1 juni 2015

The plane crash!

The Finnish vocational education consists of 75% vocational subjects, 17% joint (eligibility for further study) and 8% subject courses to choose and who should strengthen your career choice. Within the last 8% I usually find opportunities to give courses with other and new methods such as math in Minecraft or business in World of Warcraft.

During this school year, I have had rolling minecraft courses in order to practice on key competences for lifelong learning and as my principal didn't know what to call them (the courses) we named them "Math in Minecraft". But, like my colleagues, students have difficulty connecting games with learning and they have become very confused when I asked them to play together toward a larger goal, like building a nuclear plant (Industrial Craft) and you'll learn math, language, problem solving while playing.

To force them to collaborate was a too hard task as they came from different classes, as well as to see a bigger goal. Even though they are between 16-18 they have big difficulties to see the whole picture, to understand the chain of what it takes. You have the soldier for example, one soldier in the army requires 10 workers that will make sure he has food, armor, weapons, protection and so on.

Lesson 1:
Don't think that they are already adults, give them small targets to work towards.

One day when I'm was in the final stage of the fourth round I had to give them a homework assignment. I used Google Form, gave them a mission "compare the time it will take you to dig to the bedrock with and without equipment (food or weapons). Count how many times you die as well as all the material you mine". And suddenly they started working and also requested more assignments.

Lesson 2:
As they can't see how you learn with games you have to choose the boring way to make them work, make them understand, give them a form to fill in!

So to my final course I created a scenario (with some help from my friend Spelläraren), a plane crash! You have to survive! All you got with you from the aircraft was a broken radio: you can receive messages but not send. 

The plane crash! (course site and hopefully Google translate works)
I managed to find an old news story about a plane crash in Finland that I started from, and from that start I would - on a weekly basis - try to push the plot forward. The angle of this course was to get students to understand the coordinate system where many have difficulty understanding 2D (X and Y axis) but easier to understand 3D chart Minecraft (X, Y, and Z axis).

The students have thought I've been crazy, how can I learn math from Minecraft? But this note might bring some brightness?

During the course, I lost the motivation multiple times because my students did not give me any feedback and I was not sure if I did the course in this way for me or for them. 

Unfortunately, there was a course with few close study hours, and therefore it was not more than six missions, five of them with the help of Google Form and the sixth to reach the goal and inside the game write a report (with book and quill) and answer the questions:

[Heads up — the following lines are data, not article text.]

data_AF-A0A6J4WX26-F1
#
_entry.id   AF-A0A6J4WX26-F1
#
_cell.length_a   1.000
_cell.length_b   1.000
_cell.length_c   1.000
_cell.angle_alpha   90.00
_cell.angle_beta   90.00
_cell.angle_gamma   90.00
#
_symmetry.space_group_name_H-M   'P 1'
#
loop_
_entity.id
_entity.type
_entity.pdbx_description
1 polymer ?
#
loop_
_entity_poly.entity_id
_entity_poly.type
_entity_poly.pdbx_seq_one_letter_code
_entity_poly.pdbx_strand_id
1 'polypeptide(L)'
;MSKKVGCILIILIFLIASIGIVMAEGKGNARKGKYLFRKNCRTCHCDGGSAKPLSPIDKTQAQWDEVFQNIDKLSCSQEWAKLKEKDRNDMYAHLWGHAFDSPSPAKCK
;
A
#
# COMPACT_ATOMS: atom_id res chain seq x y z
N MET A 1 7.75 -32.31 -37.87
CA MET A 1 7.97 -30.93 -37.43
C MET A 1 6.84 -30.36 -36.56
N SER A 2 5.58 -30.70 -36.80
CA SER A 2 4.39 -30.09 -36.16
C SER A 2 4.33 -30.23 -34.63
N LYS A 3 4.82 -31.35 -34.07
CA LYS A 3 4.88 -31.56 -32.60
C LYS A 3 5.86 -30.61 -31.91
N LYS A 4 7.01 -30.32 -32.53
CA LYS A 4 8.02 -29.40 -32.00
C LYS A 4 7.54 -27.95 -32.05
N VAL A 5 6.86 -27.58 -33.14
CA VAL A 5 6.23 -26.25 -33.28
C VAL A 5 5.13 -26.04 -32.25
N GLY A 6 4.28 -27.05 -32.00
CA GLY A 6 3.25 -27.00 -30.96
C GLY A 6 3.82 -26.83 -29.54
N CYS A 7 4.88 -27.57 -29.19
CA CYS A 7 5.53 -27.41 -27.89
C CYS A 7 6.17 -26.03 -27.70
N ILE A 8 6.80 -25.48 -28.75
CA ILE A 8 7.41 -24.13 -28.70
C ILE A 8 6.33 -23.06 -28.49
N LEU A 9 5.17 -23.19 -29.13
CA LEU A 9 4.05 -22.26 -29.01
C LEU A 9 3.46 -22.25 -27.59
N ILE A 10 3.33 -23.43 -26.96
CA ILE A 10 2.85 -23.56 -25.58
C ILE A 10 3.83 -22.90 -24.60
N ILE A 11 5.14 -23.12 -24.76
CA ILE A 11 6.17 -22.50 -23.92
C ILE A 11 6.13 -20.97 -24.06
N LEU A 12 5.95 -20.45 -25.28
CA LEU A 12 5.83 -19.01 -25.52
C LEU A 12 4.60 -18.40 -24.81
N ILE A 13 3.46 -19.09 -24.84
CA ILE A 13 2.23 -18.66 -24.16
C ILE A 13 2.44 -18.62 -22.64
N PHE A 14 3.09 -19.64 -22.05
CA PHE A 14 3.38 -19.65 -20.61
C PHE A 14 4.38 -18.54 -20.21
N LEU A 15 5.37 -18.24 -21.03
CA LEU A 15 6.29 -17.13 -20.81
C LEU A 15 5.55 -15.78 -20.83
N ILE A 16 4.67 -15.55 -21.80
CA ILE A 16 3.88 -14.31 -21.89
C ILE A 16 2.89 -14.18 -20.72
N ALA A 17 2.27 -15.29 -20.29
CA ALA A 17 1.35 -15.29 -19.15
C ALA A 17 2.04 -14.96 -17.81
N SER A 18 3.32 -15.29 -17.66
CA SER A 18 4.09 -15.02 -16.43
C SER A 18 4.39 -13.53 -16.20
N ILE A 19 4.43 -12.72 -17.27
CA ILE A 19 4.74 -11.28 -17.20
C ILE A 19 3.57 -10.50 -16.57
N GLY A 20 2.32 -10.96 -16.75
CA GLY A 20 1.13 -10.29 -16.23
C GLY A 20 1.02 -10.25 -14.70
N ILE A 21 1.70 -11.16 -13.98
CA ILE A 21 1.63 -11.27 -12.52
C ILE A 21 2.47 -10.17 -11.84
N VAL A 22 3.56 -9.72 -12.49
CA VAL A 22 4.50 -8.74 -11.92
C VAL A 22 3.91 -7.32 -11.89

1. Did you like this way of running a course, through action and with mission come forward?
  2. What has been the biggest challenge?
  3. What have you learned?
  4. When did you learn it?
  5. Why did you learn it?
So first when the course is over, I've had them to start reflect what they have been doing. Voilá! You've been doing math all time!

And now I got the feedback, they had all liked the way of how I challenged them - but sometimes they thought I had a bit too long distance (too many blocks) between the missions. My thought had been that they would be much more active, move more, sneaking up on each other and also to move forward in the direction I decided. 

Lesson 3:
It not only helps with a story line but the students also appreciate it!

Just because PvP was allowed doesn't mean that it's the smartest solution to solve all conflicts. With MinecraftEDU it would have been easy to separate the warring parties, have a discussion, and get them focus on target (to be saved). Instead, they spent four lessons with trying to kill each other and after that day, they realized that they had not come any closer to the goal and that day was a waste of time.

Lesson 4:
Try to keep them busy! Then they don't have time to do something else.

One of the problems they had to solve was something you could either test inside game or draw a scheme of: 

If you manage to catch two animals you can get them to mate by feeding them. Cows for example, you feed hay (wheat) and two animals can have a child every five minutes and it takes 20 minutes for a baby to grow up. You have two cooldowns to keep track of.

Multiply 2 animals maximum of 30 minutes, how many animals do you have when the time runs out?

This course form worked and I will continue to use that. You shouldn't get too many math task, the fact is less than half will be schoolstuff and the rest must be games: "keep the illusion alive" (as spellararen told me).

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